Curd-rice or Pandit Nehru?

JS Raghavan

One of the essential victuals in the school bag in those days was a loaded, circular, stainless-steel tiffin box to be in readiness to appease hunger pangs at lunchtime. In the one I carried, there would invariably be curd-rice, with nothing greater and inviting than a lowly, lamented slice of sour, tangy, oily lemon pickle as a side dish.

On that day, as I trudged wearily to the school, I checked the lunchbox involuntarily. The lid was intact and the contents had not leaked or spilt out, soiling the books.

The Board High School, which was my seat of learning, was spartan, offering no frills. Not even a hall for the students to take lunch. We had to push off to the garden at the back of the school, where a leafy canopy of trees, whose botanical names baffled me, provided us with shade and shelter. Before I squatted, I looked sharply to see if there were ants that delighted in foraying into my anatomy, through the half-trousers, to bite at will wherever and whenever they pleased. As abundant caution, I also looked up to see if there was any congregation of crows who would choose to ‘bless’ me while I was eating.

Soon, I opened the lunchbox listlessly. The curd-rice was there but not in all its creamy colloidal glory at the time of packing. It was like lumpy clay in a metallic mould. The slice of lime pickle that resembled a bright cherry atop a scoop of ice cream had sunk deep, leaving a mini oily spill as evidence.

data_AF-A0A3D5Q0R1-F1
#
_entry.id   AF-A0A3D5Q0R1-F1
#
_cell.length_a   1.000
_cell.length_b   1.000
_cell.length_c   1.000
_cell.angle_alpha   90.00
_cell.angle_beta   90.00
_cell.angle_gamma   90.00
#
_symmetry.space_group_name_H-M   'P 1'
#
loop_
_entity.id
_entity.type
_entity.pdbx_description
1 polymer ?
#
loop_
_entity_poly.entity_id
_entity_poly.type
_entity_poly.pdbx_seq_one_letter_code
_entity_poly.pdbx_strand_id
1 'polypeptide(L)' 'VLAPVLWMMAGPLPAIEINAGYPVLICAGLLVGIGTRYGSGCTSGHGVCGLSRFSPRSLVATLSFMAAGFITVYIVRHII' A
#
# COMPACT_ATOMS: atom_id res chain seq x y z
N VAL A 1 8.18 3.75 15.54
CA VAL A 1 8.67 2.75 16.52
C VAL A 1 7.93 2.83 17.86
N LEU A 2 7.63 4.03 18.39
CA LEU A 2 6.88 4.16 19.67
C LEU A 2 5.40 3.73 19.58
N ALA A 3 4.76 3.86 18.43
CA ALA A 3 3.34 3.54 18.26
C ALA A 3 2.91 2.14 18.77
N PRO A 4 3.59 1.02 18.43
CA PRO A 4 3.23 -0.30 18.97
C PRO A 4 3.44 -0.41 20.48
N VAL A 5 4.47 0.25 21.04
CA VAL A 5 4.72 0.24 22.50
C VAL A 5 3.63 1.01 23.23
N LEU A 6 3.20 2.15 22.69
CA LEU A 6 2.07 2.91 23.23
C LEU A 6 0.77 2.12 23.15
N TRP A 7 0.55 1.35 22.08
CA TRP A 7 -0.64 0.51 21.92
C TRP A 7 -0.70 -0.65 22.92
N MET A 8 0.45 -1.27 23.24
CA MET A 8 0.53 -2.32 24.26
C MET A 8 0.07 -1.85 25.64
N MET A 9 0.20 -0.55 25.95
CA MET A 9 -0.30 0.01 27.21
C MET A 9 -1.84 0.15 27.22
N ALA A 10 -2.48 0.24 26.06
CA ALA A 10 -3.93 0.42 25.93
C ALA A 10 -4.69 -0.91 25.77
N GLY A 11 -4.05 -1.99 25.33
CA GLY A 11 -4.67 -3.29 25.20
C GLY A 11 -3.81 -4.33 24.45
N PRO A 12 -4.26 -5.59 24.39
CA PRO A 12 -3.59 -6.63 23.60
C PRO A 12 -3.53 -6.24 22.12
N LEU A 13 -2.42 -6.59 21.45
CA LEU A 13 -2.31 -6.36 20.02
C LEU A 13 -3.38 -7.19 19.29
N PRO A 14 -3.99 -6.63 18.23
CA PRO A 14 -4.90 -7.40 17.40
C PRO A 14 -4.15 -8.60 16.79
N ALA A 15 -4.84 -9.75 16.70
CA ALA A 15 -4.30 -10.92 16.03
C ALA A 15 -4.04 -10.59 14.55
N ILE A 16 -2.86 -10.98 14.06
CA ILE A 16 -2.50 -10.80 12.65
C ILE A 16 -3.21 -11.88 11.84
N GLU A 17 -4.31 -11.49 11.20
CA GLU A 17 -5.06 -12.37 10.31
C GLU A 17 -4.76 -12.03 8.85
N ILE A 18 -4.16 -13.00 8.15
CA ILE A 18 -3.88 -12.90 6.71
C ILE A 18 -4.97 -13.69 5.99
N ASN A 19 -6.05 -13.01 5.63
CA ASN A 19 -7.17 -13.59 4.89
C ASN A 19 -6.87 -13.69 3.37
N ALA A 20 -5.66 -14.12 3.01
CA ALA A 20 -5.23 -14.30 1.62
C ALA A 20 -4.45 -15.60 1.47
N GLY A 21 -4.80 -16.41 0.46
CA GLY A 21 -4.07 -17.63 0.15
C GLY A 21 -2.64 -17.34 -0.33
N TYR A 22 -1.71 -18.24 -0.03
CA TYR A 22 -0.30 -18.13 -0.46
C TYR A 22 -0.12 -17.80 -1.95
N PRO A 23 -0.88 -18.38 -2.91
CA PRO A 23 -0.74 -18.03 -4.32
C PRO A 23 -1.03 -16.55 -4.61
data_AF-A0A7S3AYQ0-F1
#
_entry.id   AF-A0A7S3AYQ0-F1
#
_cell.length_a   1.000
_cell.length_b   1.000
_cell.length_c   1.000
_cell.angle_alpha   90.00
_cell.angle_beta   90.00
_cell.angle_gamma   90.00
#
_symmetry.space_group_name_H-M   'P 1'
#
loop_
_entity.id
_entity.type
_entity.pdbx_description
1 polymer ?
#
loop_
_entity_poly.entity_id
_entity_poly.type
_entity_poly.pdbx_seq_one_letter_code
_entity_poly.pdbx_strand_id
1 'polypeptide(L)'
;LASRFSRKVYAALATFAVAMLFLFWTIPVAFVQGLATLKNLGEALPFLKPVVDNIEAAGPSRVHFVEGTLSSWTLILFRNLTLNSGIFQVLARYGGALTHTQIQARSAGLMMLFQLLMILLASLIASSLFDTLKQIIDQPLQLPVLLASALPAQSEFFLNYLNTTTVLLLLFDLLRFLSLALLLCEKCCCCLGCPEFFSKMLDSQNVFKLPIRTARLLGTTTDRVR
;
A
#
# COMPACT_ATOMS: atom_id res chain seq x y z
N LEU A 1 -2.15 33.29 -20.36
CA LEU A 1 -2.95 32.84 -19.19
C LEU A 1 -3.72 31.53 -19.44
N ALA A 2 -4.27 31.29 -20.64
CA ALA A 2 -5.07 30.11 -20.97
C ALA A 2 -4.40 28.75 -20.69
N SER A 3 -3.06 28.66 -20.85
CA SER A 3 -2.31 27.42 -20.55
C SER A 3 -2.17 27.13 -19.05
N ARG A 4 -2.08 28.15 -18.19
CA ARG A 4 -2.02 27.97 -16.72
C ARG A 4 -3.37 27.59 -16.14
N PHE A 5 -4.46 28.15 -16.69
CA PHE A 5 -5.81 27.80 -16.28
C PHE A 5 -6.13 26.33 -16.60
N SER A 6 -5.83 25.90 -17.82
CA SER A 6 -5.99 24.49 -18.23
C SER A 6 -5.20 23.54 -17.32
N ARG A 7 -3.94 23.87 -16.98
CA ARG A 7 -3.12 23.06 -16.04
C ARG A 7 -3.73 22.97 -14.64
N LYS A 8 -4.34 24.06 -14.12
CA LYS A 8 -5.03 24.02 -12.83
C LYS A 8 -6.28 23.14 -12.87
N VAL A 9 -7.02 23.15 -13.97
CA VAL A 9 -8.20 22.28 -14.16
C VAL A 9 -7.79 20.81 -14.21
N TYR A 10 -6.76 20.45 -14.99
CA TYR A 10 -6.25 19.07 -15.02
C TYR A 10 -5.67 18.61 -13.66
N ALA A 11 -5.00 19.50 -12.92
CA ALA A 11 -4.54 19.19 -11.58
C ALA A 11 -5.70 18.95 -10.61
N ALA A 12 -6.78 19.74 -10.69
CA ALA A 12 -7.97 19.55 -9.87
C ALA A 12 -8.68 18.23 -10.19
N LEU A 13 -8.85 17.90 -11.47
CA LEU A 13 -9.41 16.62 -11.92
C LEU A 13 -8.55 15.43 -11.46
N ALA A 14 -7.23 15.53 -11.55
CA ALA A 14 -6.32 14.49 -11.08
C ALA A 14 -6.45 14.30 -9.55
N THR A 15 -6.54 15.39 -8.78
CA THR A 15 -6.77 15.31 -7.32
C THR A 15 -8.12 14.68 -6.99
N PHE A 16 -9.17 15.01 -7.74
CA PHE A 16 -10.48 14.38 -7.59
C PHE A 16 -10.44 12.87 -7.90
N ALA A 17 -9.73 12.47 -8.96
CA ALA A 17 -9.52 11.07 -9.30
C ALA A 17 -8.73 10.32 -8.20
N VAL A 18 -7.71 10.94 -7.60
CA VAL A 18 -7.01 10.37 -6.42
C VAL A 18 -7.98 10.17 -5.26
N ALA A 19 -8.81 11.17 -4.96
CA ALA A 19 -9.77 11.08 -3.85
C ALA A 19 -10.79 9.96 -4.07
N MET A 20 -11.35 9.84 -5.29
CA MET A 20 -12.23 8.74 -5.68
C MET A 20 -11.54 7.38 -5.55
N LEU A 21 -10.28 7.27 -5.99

To add water to loosen the coagulated mass was the work of a moment. Before I could take my first morsel, with a need-based liking, there was a commotion. Many boys who were lunching at a distance were hurrying out. The reason was a news flash that Prime Minister Pandit Jawaharlal Nehru would be passing through the highway abutting the school, any moment. The scramble was to have a look at him, the Muhammad having come to the mountain.

I was on the horns of a dilemma. Should I abort my lunch, suppressing my wolfish hunger, and join the line-up for the PM? Or finish the bland but habituated bill of fare? Illogically, the scale tilted in favour of getting over with the luncheon monotony that was permanent than to crave for a transient excitement. Eventually, when I rushed towards the highway, the boys were returning. Pandit Nehru had gone. I could have postponed, not sacrificed, my lowly lunch for the man who had sacrificed a lot for the nation.

Detested at the foul-up in priorities, I looked at the lunchbox I had carried absentmindedly. Though empty, it felt heavy. But not as heavy as my heart.

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